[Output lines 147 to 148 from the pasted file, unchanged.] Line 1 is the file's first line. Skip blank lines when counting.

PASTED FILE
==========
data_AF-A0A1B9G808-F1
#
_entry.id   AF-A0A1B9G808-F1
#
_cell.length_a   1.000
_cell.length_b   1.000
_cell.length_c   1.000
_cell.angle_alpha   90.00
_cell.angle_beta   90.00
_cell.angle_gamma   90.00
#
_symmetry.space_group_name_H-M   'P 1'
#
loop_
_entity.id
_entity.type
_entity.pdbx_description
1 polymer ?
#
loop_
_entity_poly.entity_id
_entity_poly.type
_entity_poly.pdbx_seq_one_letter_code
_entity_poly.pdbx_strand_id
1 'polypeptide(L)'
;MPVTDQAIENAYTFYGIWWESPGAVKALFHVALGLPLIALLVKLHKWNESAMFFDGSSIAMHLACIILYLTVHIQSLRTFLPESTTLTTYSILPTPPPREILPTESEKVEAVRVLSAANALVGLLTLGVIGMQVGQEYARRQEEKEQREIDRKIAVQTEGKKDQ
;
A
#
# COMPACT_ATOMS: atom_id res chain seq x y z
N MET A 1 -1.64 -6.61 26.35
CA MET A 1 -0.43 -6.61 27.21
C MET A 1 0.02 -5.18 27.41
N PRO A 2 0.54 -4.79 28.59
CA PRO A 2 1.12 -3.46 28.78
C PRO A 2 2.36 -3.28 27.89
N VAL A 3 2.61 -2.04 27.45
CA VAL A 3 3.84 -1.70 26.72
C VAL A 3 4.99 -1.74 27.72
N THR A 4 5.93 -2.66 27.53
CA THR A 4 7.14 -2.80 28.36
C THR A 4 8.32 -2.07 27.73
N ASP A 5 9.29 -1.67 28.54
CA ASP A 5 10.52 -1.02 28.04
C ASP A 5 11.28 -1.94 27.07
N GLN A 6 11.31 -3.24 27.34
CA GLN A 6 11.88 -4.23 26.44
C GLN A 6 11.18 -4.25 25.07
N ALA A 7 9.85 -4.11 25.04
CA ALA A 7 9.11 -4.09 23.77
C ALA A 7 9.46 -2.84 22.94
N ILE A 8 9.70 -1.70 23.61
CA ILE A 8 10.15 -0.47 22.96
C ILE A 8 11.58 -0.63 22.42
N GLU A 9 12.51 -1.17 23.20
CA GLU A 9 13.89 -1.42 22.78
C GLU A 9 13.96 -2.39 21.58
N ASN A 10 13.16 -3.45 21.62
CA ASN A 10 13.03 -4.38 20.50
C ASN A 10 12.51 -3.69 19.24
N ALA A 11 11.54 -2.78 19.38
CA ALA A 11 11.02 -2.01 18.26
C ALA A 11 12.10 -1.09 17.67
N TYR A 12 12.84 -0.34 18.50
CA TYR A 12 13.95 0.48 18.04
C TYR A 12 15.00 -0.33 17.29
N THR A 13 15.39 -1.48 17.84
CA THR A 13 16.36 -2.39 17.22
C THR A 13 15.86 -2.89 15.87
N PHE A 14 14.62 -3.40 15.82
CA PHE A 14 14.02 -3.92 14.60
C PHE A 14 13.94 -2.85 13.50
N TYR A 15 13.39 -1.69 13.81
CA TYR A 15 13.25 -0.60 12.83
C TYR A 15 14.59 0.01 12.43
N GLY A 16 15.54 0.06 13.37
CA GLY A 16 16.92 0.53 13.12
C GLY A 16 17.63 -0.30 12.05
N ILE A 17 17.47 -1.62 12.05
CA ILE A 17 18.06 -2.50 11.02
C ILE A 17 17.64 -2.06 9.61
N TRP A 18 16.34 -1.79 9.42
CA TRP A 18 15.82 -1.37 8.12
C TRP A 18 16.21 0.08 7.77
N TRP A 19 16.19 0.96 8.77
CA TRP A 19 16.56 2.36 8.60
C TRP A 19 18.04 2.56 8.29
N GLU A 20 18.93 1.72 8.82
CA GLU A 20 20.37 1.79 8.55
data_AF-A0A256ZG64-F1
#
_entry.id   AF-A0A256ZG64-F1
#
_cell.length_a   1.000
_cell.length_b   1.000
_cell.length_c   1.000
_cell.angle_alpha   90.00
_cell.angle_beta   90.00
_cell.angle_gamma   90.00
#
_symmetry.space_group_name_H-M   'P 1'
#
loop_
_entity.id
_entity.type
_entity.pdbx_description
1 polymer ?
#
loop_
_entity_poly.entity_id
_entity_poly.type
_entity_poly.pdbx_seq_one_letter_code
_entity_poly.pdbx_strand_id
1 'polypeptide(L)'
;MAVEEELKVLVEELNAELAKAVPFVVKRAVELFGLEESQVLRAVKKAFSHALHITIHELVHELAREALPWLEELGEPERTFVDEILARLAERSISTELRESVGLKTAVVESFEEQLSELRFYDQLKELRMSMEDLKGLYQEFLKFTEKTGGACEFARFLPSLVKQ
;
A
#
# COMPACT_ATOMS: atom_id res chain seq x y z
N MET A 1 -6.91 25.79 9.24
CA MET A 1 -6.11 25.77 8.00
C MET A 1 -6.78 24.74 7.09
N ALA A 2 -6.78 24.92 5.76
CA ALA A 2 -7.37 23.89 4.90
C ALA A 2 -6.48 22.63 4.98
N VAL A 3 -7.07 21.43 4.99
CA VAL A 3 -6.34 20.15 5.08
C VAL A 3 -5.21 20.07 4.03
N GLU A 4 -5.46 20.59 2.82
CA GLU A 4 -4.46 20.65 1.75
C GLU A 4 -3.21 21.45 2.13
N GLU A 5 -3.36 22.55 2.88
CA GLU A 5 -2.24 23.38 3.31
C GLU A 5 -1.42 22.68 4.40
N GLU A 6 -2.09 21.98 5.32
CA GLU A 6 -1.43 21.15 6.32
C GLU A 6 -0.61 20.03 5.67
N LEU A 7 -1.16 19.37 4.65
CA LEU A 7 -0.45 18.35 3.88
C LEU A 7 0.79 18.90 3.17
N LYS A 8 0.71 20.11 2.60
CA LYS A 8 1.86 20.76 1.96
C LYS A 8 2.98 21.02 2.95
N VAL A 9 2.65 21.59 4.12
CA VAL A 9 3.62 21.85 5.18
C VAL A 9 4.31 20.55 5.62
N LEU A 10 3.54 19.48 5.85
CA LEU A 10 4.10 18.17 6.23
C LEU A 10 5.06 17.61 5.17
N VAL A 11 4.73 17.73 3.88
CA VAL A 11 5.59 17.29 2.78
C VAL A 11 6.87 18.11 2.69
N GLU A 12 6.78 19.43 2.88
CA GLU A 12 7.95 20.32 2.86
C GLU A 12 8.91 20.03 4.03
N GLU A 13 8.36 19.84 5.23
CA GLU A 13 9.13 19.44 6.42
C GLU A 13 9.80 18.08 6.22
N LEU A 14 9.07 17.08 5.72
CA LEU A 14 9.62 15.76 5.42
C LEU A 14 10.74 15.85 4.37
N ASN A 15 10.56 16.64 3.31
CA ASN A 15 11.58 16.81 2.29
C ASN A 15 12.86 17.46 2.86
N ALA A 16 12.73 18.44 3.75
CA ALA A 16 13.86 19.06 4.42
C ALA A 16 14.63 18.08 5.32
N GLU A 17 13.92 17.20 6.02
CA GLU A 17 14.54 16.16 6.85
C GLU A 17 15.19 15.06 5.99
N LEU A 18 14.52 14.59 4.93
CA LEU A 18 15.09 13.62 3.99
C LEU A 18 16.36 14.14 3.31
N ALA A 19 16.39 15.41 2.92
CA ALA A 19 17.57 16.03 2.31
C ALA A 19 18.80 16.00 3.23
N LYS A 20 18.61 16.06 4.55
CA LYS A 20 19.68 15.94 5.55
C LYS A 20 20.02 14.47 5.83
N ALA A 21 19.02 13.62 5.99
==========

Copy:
N LEU A 10 3.54 19.48 5.85
CA LEU A 10 4.10 18.17 6.23